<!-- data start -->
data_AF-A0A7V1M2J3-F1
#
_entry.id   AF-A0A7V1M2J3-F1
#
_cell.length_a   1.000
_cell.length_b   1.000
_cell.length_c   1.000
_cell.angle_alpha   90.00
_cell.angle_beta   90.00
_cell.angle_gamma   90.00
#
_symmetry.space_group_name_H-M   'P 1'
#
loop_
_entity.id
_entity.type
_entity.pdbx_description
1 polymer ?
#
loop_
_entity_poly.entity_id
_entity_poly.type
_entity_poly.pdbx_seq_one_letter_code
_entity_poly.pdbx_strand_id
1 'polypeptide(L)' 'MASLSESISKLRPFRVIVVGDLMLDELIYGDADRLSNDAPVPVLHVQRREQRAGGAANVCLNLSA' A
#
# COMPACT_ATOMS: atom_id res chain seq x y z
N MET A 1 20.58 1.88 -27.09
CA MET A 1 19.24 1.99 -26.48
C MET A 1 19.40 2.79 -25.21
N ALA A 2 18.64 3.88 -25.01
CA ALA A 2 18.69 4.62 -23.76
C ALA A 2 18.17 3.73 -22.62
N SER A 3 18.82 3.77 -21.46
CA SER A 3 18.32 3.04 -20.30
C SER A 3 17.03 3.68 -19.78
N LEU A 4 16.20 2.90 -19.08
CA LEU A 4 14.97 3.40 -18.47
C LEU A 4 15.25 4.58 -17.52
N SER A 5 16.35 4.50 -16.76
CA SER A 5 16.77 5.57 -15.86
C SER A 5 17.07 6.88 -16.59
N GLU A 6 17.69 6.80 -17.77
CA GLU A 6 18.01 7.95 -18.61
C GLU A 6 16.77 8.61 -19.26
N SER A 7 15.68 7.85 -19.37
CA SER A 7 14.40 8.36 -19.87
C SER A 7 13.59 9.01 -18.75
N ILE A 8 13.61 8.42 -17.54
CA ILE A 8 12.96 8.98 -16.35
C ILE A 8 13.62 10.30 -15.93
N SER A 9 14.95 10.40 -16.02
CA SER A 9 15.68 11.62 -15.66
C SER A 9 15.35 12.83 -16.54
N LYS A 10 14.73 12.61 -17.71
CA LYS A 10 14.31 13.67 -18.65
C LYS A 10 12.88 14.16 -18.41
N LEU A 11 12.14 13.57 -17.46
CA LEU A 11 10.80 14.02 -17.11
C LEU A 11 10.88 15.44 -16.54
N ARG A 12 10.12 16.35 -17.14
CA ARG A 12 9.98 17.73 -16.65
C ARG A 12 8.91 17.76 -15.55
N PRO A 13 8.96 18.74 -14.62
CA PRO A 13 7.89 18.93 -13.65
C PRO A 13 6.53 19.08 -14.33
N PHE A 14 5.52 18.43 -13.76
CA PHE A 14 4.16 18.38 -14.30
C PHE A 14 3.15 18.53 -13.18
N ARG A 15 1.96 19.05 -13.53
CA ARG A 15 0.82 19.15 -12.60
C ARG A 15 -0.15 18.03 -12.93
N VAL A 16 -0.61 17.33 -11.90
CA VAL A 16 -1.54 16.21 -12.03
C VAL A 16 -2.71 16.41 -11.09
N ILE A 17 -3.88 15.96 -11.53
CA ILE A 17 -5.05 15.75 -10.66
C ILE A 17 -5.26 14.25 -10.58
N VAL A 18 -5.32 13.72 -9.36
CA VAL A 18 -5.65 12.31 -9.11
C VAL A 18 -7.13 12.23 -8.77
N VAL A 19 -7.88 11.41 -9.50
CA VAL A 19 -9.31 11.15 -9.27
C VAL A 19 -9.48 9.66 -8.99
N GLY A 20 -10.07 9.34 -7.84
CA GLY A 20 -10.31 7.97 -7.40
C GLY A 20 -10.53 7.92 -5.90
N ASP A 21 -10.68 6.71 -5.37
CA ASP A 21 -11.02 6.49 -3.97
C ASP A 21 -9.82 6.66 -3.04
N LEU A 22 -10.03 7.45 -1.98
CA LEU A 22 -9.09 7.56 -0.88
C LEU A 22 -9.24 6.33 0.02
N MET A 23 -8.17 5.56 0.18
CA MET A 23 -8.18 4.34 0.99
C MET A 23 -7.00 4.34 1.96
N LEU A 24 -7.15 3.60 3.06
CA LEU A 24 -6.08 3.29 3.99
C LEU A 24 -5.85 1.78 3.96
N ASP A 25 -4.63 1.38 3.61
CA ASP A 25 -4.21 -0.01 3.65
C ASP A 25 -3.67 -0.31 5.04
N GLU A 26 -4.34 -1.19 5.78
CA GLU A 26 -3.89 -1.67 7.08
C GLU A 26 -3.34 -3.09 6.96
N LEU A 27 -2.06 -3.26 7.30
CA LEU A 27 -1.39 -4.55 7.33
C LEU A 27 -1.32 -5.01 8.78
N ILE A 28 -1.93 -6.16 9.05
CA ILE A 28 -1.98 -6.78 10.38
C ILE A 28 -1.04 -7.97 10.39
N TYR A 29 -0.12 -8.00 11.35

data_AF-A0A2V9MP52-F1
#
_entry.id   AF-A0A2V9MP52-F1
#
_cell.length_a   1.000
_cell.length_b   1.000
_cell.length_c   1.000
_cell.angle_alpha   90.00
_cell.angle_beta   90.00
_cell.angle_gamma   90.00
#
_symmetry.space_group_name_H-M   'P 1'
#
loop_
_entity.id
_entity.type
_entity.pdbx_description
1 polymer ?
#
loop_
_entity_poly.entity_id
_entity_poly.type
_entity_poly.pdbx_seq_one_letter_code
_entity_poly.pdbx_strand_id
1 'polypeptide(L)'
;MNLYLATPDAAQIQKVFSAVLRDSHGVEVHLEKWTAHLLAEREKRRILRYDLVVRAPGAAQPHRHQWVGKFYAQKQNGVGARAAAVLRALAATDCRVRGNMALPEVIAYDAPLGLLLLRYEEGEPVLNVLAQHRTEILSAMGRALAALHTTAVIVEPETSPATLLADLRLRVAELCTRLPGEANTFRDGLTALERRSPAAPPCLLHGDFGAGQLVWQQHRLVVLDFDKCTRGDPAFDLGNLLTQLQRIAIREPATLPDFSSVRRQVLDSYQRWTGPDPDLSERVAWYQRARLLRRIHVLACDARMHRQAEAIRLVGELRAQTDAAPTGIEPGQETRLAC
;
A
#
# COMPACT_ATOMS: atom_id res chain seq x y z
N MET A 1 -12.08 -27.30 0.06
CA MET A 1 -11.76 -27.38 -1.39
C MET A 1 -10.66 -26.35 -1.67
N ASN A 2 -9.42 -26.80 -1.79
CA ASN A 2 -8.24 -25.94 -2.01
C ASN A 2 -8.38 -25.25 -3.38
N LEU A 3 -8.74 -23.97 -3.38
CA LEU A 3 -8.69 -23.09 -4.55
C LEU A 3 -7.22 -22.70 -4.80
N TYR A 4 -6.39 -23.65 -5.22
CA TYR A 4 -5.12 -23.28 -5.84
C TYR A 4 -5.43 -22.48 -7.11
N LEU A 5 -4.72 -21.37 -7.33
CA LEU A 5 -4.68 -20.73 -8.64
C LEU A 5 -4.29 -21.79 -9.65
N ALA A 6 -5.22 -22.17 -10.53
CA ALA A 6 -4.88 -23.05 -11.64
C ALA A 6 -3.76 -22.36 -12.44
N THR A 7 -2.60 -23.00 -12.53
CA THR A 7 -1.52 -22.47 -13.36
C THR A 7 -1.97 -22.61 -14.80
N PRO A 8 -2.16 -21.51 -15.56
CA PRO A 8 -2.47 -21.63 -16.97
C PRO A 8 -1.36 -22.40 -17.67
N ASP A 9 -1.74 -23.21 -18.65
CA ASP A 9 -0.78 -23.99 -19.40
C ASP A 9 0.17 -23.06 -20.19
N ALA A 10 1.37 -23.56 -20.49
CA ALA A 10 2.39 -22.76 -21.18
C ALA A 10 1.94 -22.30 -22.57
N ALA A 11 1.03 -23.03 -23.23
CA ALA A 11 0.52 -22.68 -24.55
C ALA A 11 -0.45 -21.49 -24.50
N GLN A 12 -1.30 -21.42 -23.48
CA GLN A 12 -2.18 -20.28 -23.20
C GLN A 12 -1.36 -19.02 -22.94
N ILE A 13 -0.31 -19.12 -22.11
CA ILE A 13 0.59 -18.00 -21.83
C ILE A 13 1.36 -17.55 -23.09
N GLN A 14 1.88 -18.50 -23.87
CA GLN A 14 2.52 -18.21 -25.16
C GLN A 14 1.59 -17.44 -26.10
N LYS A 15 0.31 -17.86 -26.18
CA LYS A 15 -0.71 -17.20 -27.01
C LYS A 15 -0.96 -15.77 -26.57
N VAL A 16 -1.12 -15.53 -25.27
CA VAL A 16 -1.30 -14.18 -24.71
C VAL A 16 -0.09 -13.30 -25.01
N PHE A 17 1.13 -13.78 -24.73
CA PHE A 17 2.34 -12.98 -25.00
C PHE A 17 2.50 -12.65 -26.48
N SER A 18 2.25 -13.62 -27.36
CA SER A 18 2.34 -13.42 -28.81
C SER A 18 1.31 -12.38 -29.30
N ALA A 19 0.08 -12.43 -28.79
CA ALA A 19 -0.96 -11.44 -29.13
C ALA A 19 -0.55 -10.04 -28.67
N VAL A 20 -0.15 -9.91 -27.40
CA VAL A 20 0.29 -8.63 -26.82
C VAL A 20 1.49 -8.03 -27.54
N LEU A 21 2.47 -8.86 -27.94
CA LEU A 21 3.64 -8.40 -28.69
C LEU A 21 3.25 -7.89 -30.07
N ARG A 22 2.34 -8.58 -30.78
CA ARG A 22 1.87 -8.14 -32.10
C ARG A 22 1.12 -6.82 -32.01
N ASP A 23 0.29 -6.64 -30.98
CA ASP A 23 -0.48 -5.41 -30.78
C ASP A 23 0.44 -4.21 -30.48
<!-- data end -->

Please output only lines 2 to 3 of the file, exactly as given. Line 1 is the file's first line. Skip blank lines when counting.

#
_entry.id   AF-A0A7V1M2J3-F1